Tag Archives: Daraa

Al Qaeda Opens Syrian Jihad School

Al Qaeda affiliated Jabhat Al Nusra opens school for jihad in southern Syria, for children aged 10 to 15.

 

Syrian jihad school

Syrian jihad school
Screenshot

Jabhat Al Nusra, an Islamist group affiliated with Al Qaeda, maintains an infrastructure of governance as one of the central opposition forces. Aside from managing religious courts based on Islamic sharia law, the group has opened new schooling programs emphasizing Islam and jihad.

In the southern Syrian town of Daraa, a school established by the organization teaches roughly 30 students ranging in age from 10 to 15 to believe in Allah, follow Islam, and aspire to jihad holy war.

Video footage from the school shows students learning by rote passages from the Koran, reading “our path is the path of jihad.”

The use of child soldiers by rebel forces, including the more “moderate” Free Syrian Army (FSA), has been documented, and shows how the lessons learned in the school may quickly be turned into action.

On the walls of the classroom hang posters featuring verses from the Koran, including one praising jihadist “martyrs,” explaining that they aren’t “dead” but rather “living” with Allah.

One of the teachers explains that the students learn how to use weapons and are prepared to become jihadists. Video can be seen here:

The Islamist nature of the Syrian opposition forces has been a point of contention, with Russia recently claiming the West understands Syrian President Bashar Assad is “better” than the rebels.

The Russian comment came after Islamic Front battalions, which call for an Islamic state, took over warehouses held by the more secular FSA in early December, leading the US and Britain to suspend military funding to rebel factions.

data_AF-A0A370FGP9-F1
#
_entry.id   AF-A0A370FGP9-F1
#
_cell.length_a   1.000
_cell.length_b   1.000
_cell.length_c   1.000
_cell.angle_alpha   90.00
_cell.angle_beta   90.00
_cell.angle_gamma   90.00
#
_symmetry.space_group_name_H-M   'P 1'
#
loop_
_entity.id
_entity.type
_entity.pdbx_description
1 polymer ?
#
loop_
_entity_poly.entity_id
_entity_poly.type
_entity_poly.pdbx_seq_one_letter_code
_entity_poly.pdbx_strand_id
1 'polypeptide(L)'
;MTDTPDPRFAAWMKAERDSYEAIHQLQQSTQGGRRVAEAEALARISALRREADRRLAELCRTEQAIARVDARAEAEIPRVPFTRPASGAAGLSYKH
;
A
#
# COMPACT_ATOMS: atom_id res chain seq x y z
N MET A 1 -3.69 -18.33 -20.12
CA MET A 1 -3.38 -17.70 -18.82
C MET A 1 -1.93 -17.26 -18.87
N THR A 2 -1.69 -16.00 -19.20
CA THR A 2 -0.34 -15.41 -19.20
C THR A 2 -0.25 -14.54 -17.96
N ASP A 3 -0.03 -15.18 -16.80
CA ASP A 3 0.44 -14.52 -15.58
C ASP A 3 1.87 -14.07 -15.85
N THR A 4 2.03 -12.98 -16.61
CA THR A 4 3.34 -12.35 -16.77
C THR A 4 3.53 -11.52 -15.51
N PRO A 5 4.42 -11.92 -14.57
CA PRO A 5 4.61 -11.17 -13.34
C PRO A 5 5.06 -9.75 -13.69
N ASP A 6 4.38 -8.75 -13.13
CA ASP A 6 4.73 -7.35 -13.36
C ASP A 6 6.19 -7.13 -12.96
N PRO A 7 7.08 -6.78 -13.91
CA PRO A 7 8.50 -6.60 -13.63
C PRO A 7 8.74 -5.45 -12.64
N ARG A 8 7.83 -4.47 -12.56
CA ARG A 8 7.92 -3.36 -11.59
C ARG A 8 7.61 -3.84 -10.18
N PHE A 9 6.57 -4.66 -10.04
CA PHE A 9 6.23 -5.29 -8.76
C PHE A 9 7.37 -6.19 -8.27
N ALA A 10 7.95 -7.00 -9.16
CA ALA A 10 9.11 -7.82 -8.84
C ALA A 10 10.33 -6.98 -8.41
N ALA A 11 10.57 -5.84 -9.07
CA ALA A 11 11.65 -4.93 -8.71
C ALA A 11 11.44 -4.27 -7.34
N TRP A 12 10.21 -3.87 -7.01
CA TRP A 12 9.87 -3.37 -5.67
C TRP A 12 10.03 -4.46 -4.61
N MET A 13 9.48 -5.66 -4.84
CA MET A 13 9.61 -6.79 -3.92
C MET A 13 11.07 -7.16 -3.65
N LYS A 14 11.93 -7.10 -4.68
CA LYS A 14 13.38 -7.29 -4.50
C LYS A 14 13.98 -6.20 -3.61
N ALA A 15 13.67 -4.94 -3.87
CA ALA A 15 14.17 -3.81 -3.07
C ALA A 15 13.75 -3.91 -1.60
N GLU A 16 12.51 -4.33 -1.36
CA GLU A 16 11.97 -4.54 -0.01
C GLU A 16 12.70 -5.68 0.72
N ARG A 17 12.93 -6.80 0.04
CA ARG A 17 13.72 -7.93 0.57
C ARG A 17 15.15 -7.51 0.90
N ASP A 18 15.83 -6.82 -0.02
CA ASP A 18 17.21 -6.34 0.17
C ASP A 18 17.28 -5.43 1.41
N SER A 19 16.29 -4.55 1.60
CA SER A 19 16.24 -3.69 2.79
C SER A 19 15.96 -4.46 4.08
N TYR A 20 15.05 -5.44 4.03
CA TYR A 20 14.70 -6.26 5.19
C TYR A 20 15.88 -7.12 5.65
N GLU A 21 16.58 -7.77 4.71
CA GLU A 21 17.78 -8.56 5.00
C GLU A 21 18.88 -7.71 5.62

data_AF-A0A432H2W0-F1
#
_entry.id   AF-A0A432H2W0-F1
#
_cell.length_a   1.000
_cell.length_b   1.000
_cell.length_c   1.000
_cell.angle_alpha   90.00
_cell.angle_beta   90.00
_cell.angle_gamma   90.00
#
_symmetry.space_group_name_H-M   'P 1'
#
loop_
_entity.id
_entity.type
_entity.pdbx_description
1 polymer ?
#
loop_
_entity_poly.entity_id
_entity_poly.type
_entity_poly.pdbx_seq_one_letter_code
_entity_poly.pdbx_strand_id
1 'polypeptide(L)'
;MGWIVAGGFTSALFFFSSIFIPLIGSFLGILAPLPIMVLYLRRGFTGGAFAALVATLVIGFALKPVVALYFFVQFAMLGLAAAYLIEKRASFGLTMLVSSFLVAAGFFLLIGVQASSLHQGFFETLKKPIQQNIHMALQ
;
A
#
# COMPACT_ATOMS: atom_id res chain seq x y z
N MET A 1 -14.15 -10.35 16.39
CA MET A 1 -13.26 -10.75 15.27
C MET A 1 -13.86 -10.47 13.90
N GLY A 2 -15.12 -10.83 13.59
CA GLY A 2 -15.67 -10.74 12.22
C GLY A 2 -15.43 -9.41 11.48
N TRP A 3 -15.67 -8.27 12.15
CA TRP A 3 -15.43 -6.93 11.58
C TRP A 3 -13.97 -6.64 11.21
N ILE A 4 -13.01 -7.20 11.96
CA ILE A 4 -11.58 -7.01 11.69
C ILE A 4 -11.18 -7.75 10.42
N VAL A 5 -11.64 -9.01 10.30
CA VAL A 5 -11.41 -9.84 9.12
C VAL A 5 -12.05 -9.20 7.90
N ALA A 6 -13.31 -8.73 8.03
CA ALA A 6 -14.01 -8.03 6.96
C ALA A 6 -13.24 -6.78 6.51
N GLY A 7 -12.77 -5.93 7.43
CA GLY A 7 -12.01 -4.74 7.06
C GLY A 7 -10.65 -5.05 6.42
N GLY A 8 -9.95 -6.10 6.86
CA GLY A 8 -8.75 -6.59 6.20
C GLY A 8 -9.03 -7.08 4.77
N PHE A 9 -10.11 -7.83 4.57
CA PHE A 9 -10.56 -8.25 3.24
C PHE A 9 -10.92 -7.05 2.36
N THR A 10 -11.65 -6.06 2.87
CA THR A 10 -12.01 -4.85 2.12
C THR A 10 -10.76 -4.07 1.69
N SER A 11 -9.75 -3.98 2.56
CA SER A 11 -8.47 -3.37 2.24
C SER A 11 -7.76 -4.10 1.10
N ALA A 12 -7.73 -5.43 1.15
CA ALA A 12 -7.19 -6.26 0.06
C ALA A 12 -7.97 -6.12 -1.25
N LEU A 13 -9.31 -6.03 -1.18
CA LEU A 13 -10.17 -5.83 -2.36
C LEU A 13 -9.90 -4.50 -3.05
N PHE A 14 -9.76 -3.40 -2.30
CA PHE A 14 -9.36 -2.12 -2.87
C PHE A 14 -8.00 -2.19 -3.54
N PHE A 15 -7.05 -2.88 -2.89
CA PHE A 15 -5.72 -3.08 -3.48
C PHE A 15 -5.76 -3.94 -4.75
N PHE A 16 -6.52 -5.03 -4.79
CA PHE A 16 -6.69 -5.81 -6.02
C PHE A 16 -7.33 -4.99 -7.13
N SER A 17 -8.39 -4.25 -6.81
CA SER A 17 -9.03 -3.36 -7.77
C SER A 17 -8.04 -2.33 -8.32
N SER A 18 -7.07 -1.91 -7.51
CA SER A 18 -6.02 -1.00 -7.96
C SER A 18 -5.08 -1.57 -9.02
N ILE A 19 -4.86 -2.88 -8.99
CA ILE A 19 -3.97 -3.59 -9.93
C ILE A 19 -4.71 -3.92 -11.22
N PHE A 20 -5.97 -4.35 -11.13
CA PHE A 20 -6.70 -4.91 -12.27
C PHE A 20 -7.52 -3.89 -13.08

Geneva II peace talks, aiming to end the 3 year conflict that has claimed over 100,000 lives and created over 2 million refugees, are set for January 22.

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#Islam: Sex, media, jihad

 

Hanin Ghaddar

 

With news reports about sex jihad, truth is secondary

Giulio Rosati painting

It’s always exciting to talk about sex. Combined with Islamism, sex could become the most discussed and read about topic in the media. That’s why Jihad Al Nikah (sex jihad) has become the obsession of everyone writing or working on Syria. It is an exotic topic for Western media outlets and audiences alike. Meanwhile, Arab media uses it to indulge the viewers in suppressed fantasies.

 

Truth is secondary here. It doesn’t matter anymore if Jihad al Nikah is an actual phenomenon. Either way, it takes over everything else that matters. The same can be said about all the other shocking information coming from Syria, including the savagery of beheadings, the heart-eating man, the burning of churches, and the barbarism of the rebellion.

 

These realities, although factual and truthful, are often exaggerated. They also overwhelm everything else about Syria and the revolution. They take over all other layers and make genuine calls for freedom and reform insignificant. Al-Qaeda may be a sexy topic, but sex jihad is even more so.

 

The regime’s obsession with sex and rape has always been a political and cultural tool used for oppression. It did not start with the revolution. Assad’s prisons were the sites of horrible sexual abuse and torture of prisoners, both men and women, for many years.

 

But the Syrian regime knows how to play this game quite well, much better than the opposition at least. From extremism to minorities, Assad knows how to play his cards. He has presented his regime to the international community as the sole protector of the Christians in Syria, highlighting al-Qaeda burning churches and its attacks on Christian villages. Of course, ISIS’s sectarian rhetoric makes Assad’s task an easy one, but that does not mean that the rebels seek to eliminate the Christian presence in Syria.

 

The Syrian regime’s thugs raped and tortured many women and children, according to a number of human rights organizations. Its allies in Lebanon and Iran have also been using and abusing Mutaa marriage for political reasons for many years now. (Mutaa marriage has never been regarded as an immoral practice by the regime because it is practiced by its allies. It has become a social and political necessity.)

 

But sex jihad is a different story, yet the double standards are barely noticeable. Just one story about a 16 year-old-girl saying on regime media that she practices sex jihad was enough for every media outlet to make it a major headline.